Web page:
A super model for the team of 5 million

The nation's Covid-19 response has relied heavily on contagion modelling. Dion O'Neale is leading work to build a unique model that mirrors the myriad connections of the entire population of New Zealand.

Dion O'Neale lead researcher
Applied mathematician Dion O'Neale leads a team building a mathematical model that mirrors the interactions of Aotearoa's "team of 5 million".
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Through the power of political rhetoric Aotearoa New Zealand’s population is now the ‘team of five million’. But you’d have to question any actual selection process that brings together Cuba mall hipsters, West Coast miners, and Queen St property speculators with High Country graziers. New Zealanders are a diverse bunch.

Through a balance of good management and luck, the ‘team’ has performed well against the Covid pandemic to date. However policy makers need to know what levers to pull if New Zealand does experience a major outbreak.

Courtesy of Te Pūnaha Matatini, the Centre of Research Excellence for Complex Systems, at the University of Auckland, Aotearoa has a working contagion model. Now the centre is working on a new model to help New Zealand work out how best to live in a world where Covid-19 is likely to persist for years to come.

Covid 19 is no exception to most things in life. One size does not fit all and as the vaccine rollout begins, the way we do that in practice and what risks New Zealanders face will differ depending on where they live and their communities.

This new model has been on Dr Dion O’Neale and his colleagues’ minds at Te Pūnaha Matatini, since the first lockdown last year. O’Neale and colleagues are building ‘an interaction network model of the entire population of Aotearoa merged with a stochastic, dynamic contagion model’.

We were able to model the risk Covid might spread outside Auckland and were able to predict the probable outcome one fortnight later if we moved to Level 3.

Dion O'Neale University of Auckland

In plain speak, the team are bringing together the multiple realms of public data collected for the census and from other public sources, and overlaying that with a Covid contagion model developed to represent both disease progression and interventions such as contact tracing and testing and the announcement and timing of Alert Levels.

The contagion model proved its worth in the August, 2020 Auckland lockdown. O’Neale says, “We were asked about the likely impact for a number of scenarios. For instance, if three people are detected with Covid and the initial case was two weeks’ prior, how many people would you expect to have who remain undetected in the community?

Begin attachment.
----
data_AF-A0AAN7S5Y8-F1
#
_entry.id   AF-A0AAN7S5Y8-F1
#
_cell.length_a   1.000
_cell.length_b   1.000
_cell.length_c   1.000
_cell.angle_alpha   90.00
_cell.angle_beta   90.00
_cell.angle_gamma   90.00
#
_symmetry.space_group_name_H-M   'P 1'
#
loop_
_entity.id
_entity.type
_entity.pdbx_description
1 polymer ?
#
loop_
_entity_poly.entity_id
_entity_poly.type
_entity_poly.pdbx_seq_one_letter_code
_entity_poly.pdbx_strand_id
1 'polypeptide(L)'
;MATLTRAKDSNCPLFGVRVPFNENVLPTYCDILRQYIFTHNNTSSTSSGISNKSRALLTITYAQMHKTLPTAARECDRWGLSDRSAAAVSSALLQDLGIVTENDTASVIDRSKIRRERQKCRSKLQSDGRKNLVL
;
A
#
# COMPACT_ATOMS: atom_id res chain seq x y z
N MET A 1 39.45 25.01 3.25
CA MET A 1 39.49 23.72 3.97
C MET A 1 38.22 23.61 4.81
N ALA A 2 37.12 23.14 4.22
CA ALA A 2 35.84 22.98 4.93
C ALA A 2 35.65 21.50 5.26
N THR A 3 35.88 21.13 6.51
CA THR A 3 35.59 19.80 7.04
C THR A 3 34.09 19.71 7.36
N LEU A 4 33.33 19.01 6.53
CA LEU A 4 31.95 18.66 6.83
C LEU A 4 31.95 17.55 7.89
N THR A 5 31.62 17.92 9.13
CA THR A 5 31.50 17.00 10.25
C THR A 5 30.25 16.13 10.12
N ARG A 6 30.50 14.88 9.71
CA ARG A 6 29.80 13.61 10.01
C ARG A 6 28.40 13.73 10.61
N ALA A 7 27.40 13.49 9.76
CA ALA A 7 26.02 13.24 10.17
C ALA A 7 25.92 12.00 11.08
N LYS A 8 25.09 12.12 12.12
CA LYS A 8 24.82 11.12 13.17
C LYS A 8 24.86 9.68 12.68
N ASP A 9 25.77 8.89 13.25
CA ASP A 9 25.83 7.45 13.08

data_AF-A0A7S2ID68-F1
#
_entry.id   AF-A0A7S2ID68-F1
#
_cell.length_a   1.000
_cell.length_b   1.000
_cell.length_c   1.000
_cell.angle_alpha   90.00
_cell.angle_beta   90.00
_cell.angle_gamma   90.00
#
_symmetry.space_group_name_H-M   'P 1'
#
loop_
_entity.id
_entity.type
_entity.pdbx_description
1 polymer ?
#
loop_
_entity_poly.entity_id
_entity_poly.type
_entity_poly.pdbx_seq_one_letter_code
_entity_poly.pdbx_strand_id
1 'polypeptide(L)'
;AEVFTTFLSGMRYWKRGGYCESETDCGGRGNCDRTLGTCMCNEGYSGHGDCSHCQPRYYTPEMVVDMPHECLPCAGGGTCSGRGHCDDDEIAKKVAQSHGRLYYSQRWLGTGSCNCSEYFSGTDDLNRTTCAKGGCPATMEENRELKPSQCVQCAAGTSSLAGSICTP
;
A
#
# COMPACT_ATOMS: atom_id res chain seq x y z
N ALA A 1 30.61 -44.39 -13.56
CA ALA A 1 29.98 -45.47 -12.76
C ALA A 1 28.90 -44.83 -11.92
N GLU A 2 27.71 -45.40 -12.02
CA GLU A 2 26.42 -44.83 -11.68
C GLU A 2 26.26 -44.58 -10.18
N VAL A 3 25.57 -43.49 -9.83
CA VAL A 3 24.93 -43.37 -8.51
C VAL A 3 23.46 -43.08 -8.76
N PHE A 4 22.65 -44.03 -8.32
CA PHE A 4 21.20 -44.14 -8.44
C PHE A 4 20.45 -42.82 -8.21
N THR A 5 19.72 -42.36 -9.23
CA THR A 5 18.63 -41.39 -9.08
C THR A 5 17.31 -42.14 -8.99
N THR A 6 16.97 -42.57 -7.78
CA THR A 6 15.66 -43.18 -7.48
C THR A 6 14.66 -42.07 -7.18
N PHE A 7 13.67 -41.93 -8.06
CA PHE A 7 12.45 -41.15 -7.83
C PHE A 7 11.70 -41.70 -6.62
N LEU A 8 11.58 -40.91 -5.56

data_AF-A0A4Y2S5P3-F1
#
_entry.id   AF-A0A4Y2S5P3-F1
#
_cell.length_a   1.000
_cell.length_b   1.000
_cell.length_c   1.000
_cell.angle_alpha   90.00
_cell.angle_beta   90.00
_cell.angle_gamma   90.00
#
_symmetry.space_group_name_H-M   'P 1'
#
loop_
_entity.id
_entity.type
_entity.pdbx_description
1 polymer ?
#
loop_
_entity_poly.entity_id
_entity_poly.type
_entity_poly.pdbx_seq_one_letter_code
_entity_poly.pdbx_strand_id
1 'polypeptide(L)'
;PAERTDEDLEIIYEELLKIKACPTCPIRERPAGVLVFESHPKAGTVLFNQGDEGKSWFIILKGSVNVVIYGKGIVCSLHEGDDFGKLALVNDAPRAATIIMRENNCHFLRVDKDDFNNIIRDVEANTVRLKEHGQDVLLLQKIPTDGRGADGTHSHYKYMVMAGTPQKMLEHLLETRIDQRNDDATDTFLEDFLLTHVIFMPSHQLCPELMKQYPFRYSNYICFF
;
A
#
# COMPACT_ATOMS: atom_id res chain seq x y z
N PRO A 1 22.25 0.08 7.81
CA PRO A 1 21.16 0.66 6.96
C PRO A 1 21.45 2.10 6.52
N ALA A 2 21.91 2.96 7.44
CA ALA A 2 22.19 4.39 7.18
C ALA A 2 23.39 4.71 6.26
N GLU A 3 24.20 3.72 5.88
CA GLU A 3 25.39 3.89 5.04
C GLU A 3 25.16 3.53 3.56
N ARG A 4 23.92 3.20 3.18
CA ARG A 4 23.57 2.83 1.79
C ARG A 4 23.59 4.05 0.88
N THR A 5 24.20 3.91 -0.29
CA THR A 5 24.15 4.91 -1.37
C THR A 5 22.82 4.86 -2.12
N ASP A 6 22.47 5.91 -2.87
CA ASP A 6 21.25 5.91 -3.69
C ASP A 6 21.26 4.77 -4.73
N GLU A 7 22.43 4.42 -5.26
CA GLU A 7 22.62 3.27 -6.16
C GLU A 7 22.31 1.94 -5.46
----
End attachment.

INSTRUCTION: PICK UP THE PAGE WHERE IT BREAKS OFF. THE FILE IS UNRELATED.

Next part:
“We were able to model the risk Covid might spread outside Auckland and were able to predict the probable outcome one fortnight later if we moved to Level 3.” The model proved spot on, offering politicians a degree of confidence on which to base their decisions.

O’Neale and team are in the process of testing and perfecting a giant edifice built from data that mimics and mirrors the potentially trillions of possible connections and interactions happening in the team of five million. Combined with the contagion model, this super model of Aotearoa aims to deliver more granular and fine-tuned predictions as Aotearoa adapts to life with Covid.

The team is building the super model from data held in the Integrated Data Infrastructure (IDI) hosted by Statistics New Zealand. The IDI is a giant research database that holds information from the census, government agencies and from some non-governmental organisations. The IDI enables the data to be linked or integrated to answer research questions.

Researchers gain permission to access the IDI through a series of strict protocols, the main one being that all personal information that could lead to identification is ‘de-identified’ and all results are about groups, not individuals. So any use of the IDI should not raise concerns about the arrival of Big Brother.

diagram of the supermodel
The super model combines data from the Integrated Data Infrastructure with existing contagion models.

O’Neale and the team do not run the contagion model with the actual data sets. Instead they create a series of distributions of certain characteristics within the IDI. An example might be the geographic distribution of people over 60 who live in households with more than one person or the number of people on low incomes who also have more than one job.

They check the accuracy of each class of information before transferring the distributions to their model outside the IDI, where it runs on a super computer hosted at the University of Auckland as part of the National e-Science Infrastructure. It’s like creating blurred mirror images of the team of 5 million, each one slightly different from the next but all with the same overall patterns.